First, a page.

Why we need more women in tech – and quickly

Austin Clark discusses the need for more female GovTech leaders on the day a new campaign is launched by the Mayor of London to tackle a lack of women leaders in the public sector

Today’s launch of a bold new plan to tackle the lack of women leaders in the public sector by the Mayor of London, Sadiq Khan, is a very welcome new initiative (see video below).

Called ‘Our Time: Supporting Future Leaders’, the scheme is the first and largest-scale programme of its kind to be adopted in the public sector. The new scheme will take crucial action to address the gender imbalance in leadership roles, and bridge the gender pay gap.

Our Time will work through pairing high-potential women with senior staff champions (men and women) who will help to open up the professional networks, opportunities and contacts often needed to progress within workplaces.

This programme is, in my opinion, well overdue. Research by the BCS shows that fewer than one in five IT workers in the UK are female and those that do carve a living from the industry are paid – on average – 15 per cent less than men.

In its Diversity Report, the Chartered Institute for IT looked at the make-up of IT professionals, the nature of their employment and their salary. It found that 17 per cent of the IT crowd were female. Just 10 per cent of women hold IT director roles. When looking specifically at the public sector, the figures are no better. According to Deloitte, fewer than 25 per cent of IT jobs worldwide were held by women by the end of 2016.

 

A clear need

These stats make for depressing reading – for a number of reasons.

Much is made of digital transformation in the public sector – and I firmly believe we need females to be involved in service design. After all, females make up half the user base. Tech is all too often designed for great big man bodies, and not for women.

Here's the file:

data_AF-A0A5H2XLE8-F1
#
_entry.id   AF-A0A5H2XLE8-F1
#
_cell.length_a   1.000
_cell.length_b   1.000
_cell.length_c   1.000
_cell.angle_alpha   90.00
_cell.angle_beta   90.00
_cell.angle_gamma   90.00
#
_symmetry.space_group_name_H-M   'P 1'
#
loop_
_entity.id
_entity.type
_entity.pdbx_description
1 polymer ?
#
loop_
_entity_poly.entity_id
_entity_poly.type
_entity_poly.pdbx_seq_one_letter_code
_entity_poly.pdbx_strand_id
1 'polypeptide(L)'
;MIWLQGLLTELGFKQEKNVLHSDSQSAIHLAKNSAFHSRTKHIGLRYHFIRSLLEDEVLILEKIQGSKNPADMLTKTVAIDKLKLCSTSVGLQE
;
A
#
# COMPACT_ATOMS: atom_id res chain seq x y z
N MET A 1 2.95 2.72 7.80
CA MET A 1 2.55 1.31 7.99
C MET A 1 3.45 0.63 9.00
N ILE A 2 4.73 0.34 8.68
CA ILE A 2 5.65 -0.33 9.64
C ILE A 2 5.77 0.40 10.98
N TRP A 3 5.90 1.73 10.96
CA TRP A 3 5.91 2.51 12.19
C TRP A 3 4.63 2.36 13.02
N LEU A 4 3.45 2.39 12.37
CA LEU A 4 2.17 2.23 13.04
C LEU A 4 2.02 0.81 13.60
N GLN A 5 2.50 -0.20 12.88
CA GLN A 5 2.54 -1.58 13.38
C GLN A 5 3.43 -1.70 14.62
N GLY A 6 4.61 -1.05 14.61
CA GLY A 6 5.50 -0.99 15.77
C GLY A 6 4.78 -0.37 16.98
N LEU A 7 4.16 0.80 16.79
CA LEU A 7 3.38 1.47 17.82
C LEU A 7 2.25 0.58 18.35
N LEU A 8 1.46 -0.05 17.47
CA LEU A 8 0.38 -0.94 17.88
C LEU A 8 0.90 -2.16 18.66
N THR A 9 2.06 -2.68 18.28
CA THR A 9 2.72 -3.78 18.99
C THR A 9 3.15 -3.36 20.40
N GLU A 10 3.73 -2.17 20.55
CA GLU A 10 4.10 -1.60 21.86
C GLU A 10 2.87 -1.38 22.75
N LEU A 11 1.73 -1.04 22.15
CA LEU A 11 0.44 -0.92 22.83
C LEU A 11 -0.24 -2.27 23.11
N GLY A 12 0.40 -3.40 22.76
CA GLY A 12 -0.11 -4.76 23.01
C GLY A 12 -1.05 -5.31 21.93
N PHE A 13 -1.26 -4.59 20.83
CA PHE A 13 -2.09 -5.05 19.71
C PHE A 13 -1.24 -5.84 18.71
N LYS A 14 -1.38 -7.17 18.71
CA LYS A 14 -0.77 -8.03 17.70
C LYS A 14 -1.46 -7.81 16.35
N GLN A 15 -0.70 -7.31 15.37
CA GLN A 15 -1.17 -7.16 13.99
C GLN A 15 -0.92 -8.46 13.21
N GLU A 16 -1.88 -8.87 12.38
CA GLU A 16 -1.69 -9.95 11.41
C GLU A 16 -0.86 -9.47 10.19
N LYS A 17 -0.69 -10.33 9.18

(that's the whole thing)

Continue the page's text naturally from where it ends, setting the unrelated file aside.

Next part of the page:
As we are becoming more and more dependent on technology, it makes up an increasingly important part of our everyday lives. It’s therefore obvious that women should be as influential in development and creation as men. Having a company made up of people who approach problems in different ways is good. For example, the woman on your team might be more likely to draw out the opinions of the quiet people. Diversity of thought is good for business!

Secondly, we have a digital skills and recruitment problem – so we need more people in tech. Diversity is therefore vitally important. Education is a big barrier – girls just aren’t studying STEM subjects if figures are anything to go by – but hopefully this can be changed by having more women in tech now.

By celebrating female tech leaders it will hopefully encourage more girls to pursue their own interest and careers in tech. That’s why we’ve just launched our Female GovTech Leaders ranking to celebrate women who wield significant influence, foster change and spearhead important teams and initiatives within all levels of the public sector. The more we shout about influential females in our sector the better.

 

A starting point

Returning to the launch of ‘Our Time’, the Mayor of London, Sadiq Khan, said: “It is shameful that in 2018 women remain under-represented at all levels of government and leadership roles. As a proud feminist, I want London to be a shining light in the fight for gender equality. This is why we are launching ‘Our Time’ to support more women into leadership positions in the capital. I am pleased that we are showing the way, launching the first and biggest initiative like this in the public sector.

“But today is about more than just the action we are taking here – all of us must tackle inequality wherever we see it. I want to encourage all industries across the capital to commit to addressing the shocking imbalance we still see in positions of power today through adopting ‘Our Time’.

“This year marks 100 years since the first women secured the right to vote, and through our #BehindEveryGreatCity campaign, we are celebrating the success of women in our great city, but also taking bold action to remove the barriers to women’s success, to unlock their full potential.”

Few can argue with those words and hopefully others will follow suit with similar campaigns. Diversity simply must increase – and sooner rather than later.

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